Thursday, July 25, 2013

My Garden Report

My Garden Report


Annette Bergman


I picked and ate the first peach of the year from my peach tree.  Actually I split it with my husband for our breakfast and added another peach twice the size and split that too.  My husband’s comment was, “It’s not a cling free peach.  Didn’t you ask what kind it was before you bought it?”

“I guess not.”  I do have three more peaches on the tree so I’ll just eat them myself as they get ripe.  So the total harvest is four peaches this season, for a tree that cost $24.95.  I could have bought a bushel of peaches for $24.95.

My radishes crop was worse than that.  We have so much rain that they produced beautiful flowers, but zero radishes.

I counted twenty nine corn stalks I didn’t have the heart to count the ears.   I thought I had some prize corn until I drove to church one Sunday and saw what the farmer’s corn looked like.  They were at least twice as high and looked a lot healthier than mine.

The ears on mine aren’t as long as a dollar bill.  Some of the silks are turning brown and I’m not sure when I should try to pick them. Unless they start growing at a rapid rate I won’t have enough for a family cookout.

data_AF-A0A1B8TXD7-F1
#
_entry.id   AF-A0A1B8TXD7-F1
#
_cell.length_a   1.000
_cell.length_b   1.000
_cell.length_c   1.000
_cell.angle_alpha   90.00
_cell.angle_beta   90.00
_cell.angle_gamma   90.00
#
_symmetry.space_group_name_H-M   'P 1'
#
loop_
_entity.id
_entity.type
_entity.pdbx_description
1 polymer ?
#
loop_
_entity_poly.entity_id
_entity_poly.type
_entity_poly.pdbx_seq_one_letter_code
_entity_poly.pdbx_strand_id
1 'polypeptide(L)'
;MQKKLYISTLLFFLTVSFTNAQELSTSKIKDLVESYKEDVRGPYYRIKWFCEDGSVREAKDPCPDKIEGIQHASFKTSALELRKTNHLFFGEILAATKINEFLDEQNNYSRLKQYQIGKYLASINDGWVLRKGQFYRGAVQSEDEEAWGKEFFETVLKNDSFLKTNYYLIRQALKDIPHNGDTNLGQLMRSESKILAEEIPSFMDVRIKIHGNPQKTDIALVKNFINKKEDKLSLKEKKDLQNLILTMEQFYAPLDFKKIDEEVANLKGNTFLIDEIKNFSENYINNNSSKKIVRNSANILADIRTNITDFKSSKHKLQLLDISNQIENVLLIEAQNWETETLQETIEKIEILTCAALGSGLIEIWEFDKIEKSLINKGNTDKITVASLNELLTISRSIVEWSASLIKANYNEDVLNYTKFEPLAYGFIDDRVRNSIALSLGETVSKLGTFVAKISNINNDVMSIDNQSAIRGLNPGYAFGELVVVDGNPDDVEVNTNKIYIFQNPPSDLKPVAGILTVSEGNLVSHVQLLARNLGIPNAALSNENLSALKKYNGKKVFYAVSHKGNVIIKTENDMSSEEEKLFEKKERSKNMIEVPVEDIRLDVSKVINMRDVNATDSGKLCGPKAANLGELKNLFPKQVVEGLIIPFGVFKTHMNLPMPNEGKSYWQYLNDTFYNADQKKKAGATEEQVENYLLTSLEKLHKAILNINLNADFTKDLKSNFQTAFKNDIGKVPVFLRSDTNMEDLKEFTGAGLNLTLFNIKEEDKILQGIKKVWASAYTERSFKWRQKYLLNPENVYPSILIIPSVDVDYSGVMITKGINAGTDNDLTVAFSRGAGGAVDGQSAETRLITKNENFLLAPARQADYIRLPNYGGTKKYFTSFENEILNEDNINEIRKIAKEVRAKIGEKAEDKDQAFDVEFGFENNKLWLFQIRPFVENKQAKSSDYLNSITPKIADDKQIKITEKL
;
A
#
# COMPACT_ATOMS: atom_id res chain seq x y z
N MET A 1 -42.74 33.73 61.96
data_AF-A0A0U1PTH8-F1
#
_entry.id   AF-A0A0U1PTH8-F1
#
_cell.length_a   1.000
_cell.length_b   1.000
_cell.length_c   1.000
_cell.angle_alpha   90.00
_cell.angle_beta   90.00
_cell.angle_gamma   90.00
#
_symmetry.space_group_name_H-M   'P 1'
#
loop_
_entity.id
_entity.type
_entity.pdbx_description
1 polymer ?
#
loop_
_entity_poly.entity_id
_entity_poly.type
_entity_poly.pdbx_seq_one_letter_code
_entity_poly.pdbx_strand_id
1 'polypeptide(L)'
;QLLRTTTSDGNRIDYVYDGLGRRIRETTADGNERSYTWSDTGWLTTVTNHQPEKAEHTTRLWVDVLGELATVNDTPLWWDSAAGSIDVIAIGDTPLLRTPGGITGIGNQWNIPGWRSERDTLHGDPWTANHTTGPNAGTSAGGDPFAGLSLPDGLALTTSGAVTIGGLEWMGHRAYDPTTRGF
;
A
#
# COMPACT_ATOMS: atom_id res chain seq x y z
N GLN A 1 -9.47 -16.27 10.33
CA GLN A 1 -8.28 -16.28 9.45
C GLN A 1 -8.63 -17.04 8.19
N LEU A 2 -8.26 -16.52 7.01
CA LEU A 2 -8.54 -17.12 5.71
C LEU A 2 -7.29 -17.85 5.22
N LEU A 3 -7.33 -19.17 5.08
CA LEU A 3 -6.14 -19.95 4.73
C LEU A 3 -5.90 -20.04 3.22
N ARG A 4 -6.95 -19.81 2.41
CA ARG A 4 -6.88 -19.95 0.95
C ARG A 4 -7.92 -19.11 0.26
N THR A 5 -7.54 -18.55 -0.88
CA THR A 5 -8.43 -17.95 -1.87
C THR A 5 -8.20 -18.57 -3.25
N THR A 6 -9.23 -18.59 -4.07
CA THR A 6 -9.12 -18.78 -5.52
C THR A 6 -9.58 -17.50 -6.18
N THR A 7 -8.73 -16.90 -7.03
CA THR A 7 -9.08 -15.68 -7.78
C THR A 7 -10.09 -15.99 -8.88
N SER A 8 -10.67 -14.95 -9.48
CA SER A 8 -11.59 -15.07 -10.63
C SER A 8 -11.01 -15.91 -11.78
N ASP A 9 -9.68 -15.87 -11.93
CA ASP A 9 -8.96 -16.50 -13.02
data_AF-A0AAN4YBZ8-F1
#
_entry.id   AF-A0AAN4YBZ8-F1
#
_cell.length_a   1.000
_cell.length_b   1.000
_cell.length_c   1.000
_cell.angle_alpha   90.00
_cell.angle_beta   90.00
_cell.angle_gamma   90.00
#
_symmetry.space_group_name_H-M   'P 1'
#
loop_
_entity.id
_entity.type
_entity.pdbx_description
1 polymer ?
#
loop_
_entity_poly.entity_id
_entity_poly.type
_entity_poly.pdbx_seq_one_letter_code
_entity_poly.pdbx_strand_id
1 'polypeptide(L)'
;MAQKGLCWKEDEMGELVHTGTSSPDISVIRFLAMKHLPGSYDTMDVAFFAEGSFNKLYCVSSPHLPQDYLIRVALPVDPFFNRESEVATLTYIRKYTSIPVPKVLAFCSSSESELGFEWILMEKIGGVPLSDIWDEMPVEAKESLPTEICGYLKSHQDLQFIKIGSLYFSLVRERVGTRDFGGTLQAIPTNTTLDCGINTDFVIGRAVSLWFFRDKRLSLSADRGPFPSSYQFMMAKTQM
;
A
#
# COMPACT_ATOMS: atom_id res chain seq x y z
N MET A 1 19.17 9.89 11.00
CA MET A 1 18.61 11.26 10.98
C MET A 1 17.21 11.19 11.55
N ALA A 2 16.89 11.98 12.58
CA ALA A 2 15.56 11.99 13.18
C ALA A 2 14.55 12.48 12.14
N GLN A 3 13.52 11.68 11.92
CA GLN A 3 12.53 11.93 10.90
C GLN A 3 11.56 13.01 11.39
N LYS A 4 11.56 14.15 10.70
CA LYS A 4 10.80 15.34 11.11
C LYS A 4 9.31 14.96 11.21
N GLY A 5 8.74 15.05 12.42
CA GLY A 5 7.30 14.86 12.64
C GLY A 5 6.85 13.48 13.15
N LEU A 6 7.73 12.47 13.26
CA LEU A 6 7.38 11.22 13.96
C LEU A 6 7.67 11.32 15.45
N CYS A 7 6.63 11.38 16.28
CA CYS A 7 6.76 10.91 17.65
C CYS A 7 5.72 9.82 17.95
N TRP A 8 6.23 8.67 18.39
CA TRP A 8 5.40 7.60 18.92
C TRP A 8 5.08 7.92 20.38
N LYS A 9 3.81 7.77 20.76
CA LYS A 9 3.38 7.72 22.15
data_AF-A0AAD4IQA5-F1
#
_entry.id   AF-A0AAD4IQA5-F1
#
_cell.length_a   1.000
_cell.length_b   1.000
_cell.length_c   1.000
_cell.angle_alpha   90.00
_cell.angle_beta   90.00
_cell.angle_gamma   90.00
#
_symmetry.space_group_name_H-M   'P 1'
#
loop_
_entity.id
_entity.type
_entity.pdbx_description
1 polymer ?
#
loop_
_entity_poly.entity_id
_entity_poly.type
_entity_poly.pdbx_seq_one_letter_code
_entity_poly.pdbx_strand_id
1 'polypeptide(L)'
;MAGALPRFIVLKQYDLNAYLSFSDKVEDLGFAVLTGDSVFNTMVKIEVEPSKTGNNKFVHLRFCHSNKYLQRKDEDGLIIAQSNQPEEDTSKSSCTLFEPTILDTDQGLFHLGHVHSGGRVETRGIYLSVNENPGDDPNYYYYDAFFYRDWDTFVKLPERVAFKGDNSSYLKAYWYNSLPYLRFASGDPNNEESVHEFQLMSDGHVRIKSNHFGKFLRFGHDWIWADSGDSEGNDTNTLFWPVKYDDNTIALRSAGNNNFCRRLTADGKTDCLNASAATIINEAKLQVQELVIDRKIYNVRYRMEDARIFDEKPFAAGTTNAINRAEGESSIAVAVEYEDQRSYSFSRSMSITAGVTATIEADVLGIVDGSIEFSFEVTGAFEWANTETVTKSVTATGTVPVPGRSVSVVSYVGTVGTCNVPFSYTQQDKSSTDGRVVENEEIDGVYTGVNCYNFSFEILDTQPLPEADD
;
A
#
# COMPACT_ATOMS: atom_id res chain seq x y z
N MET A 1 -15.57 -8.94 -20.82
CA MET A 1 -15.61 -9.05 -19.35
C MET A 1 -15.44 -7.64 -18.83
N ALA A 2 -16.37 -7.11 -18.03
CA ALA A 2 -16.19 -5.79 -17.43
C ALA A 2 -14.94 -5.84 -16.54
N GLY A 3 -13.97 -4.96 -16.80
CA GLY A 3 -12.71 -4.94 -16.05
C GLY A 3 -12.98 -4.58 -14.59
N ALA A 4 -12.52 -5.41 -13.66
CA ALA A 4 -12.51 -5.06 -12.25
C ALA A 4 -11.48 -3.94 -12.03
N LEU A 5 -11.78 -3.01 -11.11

My yellow squash is looking like it is going to take over the east end of the garden and has small squash on the vines.

The green peppers have started blooming and half of the plants do look promising.

The zucchini really looks sick.  Not sure they are going to make it.

The cucumbers are blooming like crazy and if every bloom makes a cucumber I am going to have to give them away.  What can you do with so many cucumbers?

I planted beans twice and thought I saw one bean growing, but it never stood straight up.  So I must have been wrong about the bean.

I encouraged the volunteer tomatoes and I have all kinds from sickly looking to some that have tomatoes the size of my fist and they are still green as can be. I might fry some soon.